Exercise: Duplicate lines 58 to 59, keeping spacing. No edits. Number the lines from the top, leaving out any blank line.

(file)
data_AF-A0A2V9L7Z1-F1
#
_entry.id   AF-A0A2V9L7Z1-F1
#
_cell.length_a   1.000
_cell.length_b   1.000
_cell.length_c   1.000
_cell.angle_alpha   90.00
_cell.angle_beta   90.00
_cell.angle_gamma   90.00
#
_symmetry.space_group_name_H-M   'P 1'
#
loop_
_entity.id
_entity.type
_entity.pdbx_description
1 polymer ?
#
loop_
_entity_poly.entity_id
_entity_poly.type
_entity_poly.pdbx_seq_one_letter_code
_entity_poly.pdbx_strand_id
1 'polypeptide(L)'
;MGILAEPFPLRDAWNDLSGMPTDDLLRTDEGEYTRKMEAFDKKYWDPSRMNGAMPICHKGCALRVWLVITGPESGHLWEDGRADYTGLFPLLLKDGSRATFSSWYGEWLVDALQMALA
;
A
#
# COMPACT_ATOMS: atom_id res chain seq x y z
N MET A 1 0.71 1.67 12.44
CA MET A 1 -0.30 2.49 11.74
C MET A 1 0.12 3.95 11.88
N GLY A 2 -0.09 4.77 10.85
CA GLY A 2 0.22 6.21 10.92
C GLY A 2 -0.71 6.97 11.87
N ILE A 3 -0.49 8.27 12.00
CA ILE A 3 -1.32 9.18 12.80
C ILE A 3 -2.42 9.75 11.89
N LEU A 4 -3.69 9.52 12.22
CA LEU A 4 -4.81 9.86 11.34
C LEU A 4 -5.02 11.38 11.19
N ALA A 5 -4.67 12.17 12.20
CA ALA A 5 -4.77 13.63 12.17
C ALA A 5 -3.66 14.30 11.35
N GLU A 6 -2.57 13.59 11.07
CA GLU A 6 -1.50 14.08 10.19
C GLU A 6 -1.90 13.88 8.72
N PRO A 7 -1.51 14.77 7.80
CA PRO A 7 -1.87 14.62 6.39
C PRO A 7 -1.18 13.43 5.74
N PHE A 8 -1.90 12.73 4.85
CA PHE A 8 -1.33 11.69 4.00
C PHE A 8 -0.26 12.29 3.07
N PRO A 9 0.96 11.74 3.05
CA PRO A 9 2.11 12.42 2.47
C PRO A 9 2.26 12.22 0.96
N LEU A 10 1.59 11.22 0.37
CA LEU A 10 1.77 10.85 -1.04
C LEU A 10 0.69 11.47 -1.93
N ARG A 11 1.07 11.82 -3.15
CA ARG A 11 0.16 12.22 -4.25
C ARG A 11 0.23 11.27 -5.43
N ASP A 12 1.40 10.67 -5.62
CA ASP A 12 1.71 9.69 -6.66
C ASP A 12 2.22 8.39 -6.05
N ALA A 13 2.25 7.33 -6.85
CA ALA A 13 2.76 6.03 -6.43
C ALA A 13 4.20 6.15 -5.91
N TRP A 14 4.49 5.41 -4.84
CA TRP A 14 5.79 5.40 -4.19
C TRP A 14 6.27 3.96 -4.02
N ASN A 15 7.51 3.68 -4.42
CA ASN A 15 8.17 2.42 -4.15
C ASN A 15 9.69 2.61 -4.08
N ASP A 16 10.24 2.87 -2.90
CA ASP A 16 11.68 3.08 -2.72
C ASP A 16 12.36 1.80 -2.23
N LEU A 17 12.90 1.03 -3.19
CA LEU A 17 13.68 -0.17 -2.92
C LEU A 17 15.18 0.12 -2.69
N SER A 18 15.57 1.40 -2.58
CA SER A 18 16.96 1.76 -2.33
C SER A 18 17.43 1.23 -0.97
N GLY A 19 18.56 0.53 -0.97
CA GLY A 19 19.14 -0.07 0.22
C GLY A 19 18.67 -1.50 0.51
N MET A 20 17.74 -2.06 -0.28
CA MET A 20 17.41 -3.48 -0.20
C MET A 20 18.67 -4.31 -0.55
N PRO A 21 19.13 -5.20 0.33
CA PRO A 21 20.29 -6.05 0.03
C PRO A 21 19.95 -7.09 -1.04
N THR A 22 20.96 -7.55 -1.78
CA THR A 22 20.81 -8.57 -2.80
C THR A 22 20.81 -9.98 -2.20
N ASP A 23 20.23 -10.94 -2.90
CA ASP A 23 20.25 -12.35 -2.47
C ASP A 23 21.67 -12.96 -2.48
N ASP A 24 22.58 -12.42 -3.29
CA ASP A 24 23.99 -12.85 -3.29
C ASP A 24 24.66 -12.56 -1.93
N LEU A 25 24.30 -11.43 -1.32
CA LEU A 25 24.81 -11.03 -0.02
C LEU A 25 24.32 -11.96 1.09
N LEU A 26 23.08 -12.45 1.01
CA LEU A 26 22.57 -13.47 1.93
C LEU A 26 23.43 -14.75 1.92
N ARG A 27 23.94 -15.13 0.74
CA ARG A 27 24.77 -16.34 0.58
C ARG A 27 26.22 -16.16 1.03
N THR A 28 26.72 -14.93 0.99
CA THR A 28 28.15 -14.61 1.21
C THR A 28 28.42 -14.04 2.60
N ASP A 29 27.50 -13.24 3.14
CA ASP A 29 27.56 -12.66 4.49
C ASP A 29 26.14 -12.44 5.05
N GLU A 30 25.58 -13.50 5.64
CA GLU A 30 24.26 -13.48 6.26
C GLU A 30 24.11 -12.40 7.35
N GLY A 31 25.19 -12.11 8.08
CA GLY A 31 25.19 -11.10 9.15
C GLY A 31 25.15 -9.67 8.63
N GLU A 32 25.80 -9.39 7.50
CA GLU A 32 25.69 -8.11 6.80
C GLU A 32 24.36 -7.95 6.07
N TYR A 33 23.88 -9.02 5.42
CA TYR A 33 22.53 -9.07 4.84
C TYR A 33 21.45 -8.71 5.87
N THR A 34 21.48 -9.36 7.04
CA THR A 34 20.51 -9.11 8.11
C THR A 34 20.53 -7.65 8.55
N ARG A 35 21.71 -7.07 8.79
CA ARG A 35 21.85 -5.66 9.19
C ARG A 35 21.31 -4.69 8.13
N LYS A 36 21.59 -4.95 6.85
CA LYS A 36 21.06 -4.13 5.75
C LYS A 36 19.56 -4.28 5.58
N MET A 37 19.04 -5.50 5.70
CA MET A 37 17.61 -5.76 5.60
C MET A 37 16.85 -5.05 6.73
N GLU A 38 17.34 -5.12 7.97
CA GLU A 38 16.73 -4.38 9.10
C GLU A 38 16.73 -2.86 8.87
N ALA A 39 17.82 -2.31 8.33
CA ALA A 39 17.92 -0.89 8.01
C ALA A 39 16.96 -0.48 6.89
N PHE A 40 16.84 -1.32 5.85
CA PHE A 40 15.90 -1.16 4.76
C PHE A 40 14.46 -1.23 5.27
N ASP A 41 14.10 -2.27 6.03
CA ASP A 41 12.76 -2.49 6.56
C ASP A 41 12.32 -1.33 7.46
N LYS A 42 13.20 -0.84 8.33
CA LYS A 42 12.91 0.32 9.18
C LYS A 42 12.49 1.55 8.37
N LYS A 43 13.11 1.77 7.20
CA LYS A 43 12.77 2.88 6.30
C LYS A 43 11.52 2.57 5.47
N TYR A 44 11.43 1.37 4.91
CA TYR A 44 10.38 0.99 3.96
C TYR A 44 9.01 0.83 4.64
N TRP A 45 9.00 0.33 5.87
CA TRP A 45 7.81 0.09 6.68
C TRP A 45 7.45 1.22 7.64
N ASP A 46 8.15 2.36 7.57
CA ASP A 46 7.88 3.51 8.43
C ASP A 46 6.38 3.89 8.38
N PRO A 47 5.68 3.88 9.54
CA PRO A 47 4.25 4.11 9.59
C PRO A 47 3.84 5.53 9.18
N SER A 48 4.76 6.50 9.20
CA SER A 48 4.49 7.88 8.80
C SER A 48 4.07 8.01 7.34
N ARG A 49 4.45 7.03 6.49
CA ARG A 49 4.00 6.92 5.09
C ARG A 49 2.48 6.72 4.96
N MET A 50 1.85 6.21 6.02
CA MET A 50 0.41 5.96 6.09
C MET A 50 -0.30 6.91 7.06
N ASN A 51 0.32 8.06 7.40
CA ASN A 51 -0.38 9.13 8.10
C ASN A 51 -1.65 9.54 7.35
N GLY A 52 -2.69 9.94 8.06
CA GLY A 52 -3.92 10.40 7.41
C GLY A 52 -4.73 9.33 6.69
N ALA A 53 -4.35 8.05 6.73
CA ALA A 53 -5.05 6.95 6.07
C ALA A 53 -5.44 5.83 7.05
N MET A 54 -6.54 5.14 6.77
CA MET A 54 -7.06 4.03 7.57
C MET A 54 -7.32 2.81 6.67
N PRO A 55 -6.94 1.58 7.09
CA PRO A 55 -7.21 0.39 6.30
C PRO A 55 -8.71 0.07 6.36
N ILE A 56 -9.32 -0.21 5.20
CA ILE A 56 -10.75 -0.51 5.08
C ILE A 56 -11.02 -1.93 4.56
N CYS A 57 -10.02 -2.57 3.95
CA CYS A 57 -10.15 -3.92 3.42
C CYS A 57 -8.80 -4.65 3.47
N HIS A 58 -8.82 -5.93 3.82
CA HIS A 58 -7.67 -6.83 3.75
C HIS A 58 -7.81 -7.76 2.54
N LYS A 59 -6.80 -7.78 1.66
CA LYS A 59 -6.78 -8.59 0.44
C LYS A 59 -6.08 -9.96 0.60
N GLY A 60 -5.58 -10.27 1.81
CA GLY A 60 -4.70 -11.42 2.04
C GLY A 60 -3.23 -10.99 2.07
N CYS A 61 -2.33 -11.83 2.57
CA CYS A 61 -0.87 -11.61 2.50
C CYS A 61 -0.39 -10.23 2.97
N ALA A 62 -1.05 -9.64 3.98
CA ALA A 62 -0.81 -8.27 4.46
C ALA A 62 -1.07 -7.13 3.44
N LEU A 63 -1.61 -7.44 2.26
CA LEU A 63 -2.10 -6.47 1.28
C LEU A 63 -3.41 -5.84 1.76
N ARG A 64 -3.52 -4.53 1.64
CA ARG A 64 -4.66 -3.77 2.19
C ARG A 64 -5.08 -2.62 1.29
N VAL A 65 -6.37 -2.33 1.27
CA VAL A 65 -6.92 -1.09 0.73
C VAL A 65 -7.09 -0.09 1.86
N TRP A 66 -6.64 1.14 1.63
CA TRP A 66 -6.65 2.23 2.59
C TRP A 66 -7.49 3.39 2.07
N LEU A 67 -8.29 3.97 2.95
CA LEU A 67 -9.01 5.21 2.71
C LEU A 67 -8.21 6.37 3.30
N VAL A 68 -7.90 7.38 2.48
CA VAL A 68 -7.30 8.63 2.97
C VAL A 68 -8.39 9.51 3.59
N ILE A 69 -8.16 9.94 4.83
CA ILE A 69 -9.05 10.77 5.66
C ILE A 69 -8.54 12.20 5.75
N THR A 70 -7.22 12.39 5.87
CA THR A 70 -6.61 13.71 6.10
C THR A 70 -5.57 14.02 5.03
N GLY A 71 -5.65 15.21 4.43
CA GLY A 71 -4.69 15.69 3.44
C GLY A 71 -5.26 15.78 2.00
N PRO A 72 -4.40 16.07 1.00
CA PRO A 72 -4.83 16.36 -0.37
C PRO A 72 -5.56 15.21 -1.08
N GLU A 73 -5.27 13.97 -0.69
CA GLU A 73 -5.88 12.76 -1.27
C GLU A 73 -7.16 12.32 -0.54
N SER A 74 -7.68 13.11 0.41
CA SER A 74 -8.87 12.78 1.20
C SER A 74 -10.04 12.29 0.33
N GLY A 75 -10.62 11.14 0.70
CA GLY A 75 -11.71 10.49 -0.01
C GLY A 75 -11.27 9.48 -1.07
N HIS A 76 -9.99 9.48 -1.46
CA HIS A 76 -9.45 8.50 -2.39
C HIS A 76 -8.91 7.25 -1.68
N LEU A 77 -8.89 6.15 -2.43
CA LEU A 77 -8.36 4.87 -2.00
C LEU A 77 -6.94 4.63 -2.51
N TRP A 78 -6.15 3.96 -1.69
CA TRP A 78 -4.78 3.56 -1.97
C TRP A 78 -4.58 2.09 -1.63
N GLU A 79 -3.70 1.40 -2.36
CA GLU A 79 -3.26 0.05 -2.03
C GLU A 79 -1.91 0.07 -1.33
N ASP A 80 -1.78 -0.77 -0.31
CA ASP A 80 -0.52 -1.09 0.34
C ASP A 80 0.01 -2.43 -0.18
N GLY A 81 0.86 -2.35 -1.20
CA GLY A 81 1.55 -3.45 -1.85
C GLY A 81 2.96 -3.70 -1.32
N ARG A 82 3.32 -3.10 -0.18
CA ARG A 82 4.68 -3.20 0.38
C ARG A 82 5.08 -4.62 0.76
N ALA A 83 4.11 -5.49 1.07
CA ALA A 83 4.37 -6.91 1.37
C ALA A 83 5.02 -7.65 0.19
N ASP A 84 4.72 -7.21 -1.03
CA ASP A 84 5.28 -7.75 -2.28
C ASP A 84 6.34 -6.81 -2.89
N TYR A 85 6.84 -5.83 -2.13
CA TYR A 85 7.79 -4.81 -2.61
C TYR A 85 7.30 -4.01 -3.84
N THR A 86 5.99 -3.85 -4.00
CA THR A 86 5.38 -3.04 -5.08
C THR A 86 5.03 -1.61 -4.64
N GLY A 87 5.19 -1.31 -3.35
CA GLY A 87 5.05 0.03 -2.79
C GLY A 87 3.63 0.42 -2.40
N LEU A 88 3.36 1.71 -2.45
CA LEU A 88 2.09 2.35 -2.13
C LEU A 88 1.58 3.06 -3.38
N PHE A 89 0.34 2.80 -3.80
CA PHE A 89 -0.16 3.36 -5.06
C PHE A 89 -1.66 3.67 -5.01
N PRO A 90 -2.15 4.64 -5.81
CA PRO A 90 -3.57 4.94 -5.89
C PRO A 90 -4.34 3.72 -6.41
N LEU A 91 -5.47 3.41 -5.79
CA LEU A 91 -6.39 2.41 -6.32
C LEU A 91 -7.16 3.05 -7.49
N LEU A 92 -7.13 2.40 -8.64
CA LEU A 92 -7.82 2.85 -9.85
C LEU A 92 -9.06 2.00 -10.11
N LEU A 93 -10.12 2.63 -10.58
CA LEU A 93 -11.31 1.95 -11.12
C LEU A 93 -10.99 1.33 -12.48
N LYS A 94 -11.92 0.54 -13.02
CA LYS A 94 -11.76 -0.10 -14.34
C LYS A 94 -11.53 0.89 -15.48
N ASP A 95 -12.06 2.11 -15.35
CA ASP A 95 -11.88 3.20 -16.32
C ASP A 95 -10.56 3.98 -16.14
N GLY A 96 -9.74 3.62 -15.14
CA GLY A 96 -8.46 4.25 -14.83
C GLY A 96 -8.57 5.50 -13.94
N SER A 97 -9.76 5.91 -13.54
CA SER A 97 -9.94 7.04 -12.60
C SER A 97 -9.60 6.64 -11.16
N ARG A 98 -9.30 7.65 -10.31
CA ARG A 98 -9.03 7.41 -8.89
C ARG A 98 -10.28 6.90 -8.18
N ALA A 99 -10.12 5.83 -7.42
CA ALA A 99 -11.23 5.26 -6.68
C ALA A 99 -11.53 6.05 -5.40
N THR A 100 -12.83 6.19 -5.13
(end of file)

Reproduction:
N LEU A 10 1.59 11.22 0.37
CA LEU A 10 1.77 10.85 -1.04